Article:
Sports Authority has long been a big distributor of Under Armour gear, but the relationship between retailer and sports apparel brand just got deeper.
In a new agreement, the retailer has linked its loyalty program, The League, to one of the Baltimore-based sports apparel brand's health and fitness tracking applications, MapMyFitness. The idea is to better understand customers' habits and offer rewards for meeting fitness goals and healthy living, which in turn allows for targeted marketing and increased sales.
"Sports Authority is definitely ahead of the industry in terms of app integration and in how they are approaching the digital space," said Warren Kay, Under Armour vice president of advertising. "This launch is an industry leading one for them in terms of sports apparel retailers embracing digital. This is one of the more forward leading implementation's I've seen."
Officials of the privately held, Colorado-based sporting goods chain could not be reached Monday.
To kick off the arrangement, Sports Authority and MapMyFitness have launched the month-long "Back on Track" challenge. Through Oct. 16, customers who link their loyalty and fitness tracking accounts can compete for Sports Authority gift cards and prizes by logging three workouts or 10 miles per week on fitness tracking devices.
As of Monday, more than 72,000 people, ages 14 and up, had signed up. Though the challenge is short-term, customers will be able to earn points for fitness activities on a continuing basis.
"It's a win for the consumer and the industry," said Ronald Oswalt, chief operating officer and founder of SportsMarketingExperts.com.
Under Armour first got into the fast-emerging fitness technology market in late 2013 when it acquired MapMyFitness, creator of the MapMyRun and MapMyRide mobile applications and websites, for $150 million. The brand has since acquired additional fitness app companies and built what it calls the world's largest online health and fitness community.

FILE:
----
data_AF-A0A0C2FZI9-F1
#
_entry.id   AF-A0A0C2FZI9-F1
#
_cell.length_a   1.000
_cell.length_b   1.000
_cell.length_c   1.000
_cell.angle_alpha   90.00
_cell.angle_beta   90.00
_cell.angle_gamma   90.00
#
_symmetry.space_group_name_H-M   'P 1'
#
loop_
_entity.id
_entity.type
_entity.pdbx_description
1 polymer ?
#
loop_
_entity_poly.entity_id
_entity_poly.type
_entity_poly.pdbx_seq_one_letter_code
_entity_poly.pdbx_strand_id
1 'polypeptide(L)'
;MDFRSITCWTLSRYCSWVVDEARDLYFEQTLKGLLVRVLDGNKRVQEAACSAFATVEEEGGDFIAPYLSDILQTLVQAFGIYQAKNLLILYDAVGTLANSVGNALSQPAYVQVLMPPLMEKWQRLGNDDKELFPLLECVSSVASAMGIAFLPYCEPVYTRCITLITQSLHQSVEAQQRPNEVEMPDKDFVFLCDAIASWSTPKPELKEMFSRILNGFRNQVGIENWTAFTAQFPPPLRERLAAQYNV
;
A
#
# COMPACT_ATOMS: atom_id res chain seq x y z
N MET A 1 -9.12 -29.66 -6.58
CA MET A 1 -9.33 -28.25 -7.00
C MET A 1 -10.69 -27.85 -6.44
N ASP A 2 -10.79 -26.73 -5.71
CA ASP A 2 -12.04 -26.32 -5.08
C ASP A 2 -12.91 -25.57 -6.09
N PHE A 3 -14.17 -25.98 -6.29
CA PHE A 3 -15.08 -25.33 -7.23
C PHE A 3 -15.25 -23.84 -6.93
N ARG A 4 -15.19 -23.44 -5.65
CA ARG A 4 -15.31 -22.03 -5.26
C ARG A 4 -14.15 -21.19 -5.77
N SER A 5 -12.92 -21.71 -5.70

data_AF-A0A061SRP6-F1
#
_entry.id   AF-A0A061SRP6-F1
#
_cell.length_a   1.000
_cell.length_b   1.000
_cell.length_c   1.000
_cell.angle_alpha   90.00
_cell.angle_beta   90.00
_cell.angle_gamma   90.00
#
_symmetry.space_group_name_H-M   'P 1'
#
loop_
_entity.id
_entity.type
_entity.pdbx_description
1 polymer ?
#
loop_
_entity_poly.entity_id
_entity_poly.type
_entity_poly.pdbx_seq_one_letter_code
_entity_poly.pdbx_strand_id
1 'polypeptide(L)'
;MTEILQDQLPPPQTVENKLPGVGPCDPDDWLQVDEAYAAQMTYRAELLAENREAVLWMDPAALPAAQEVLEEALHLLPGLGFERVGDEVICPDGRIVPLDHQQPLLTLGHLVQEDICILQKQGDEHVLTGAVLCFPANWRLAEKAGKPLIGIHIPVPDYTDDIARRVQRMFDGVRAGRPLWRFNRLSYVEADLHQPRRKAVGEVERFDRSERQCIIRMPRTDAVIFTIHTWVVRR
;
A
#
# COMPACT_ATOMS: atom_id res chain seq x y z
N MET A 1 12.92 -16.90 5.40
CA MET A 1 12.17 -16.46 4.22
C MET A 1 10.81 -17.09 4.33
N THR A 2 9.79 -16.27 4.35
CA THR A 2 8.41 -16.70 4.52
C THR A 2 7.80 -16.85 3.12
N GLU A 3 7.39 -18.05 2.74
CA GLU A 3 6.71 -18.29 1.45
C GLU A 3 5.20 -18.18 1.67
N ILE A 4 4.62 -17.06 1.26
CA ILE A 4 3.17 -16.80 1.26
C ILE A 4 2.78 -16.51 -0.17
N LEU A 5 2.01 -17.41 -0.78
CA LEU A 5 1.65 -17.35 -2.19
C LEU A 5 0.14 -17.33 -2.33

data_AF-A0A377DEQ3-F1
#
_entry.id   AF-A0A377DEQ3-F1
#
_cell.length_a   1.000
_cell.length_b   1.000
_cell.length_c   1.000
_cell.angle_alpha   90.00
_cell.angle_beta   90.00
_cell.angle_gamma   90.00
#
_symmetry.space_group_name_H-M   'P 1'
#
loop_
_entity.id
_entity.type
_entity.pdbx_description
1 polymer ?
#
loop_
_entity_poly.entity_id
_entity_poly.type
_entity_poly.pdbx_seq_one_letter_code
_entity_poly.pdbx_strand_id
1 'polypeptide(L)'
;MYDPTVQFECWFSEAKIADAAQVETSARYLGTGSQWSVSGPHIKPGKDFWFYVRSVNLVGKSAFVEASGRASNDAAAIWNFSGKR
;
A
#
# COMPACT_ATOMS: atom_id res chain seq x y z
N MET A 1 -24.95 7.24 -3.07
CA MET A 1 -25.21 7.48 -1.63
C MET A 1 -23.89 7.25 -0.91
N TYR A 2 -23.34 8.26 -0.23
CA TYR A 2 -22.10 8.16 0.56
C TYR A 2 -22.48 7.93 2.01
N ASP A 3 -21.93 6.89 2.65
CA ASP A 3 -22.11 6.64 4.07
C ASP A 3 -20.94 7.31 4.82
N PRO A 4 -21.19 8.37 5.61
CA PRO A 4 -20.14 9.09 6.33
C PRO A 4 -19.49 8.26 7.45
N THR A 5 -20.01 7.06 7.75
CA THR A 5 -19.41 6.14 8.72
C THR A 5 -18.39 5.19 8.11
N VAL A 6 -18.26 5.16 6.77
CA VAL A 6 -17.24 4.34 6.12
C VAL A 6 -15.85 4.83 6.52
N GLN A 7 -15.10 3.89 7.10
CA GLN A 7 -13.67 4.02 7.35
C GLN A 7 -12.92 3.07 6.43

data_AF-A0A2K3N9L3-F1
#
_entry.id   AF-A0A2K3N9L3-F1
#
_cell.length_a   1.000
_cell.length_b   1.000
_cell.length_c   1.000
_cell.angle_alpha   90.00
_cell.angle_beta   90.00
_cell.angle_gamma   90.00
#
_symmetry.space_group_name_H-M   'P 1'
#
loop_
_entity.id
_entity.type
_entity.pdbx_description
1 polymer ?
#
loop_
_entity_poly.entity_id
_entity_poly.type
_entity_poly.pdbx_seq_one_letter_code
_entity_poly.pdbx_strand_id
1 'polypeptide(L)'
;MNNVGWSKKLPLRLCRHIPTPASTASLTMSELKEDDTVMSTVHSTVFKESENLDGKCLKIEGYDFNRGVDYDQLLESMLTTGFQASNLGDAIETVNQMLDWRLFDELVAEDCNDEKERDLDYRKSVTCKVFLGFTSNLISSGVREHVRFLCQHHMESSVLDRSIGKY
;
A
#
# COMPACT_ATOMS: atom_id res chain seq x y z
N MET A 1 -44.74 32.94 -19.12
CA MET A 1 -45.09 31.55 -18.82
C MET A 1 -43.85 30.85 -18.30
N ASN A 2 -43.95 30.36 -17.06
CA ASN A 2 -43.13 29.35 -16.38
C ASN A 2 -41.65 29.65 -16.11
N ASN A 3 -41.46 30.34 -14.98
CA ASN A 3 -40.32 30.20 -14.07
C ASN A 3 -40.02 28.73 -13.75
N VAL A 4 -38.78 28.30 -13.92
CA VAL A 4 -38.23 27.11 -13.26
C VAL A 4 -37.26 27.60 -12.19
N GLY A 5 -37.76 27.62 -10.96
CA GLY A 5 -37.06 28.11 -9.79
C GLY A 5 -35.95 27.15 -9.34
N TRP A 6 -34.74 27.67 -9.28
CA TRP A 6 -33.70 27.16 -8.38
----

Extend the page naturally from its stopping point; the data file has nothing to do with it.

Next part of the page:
Before being acquired by Under Armour, MapMyFitness had a relationship with Sports Authority, which would promote its products to MapMyFitness users.
"There was a very nice fit between their customers and our users, for obvious reasons," Kay said.
But integrating each app's data, an arrangement Kay said is done after receiving the consumer's consent, took the arrangement to another level. Teaming up helps both the brand and the retailer, by allowing each to learn more about customers through shared data than they would otherwise, he said.
"We started talking to Sports Authority about other ways we could work together, and their desire to know more about their consumer base," he said. "They know how many shoes or baseball bats they buy, but they don't know how they use that equipment. MapMyFitness knows how equipment is being used, but they don't know about the purchasing of it."
Sports Authority has roughly 460 stores across the country and annual sales estimated at around $3.7 billion.
Working to promote healthier lifestyles benefits Under Armour indirectly as well as directly, Kay said.
"If someone walks into Sports Authority, there's a good chance they'll buy Under Armour gear," he said.
Partnerships between retailers and manufacturers, some more successful than others, are nothing new, and rewards programs have taken many forms. But technology has added a new dimension, said Auburn Bell, an affiliate professor of marketing at Loyola University Maryland.
Under Armour, a relatively new player on the fitness tracking technology front, still is exploring ways to use that technology, he said.
"They're sharing customer information across a couple of different platforms, which is going to let both know about the wants and needs and how customers are using their goods and what's important to them," Bell said. "It's a classic manufacturer/retail partnership or cooperative marketing, but juiced up on steroids in terms of having that technology component, to better mine that data and use it in different ways."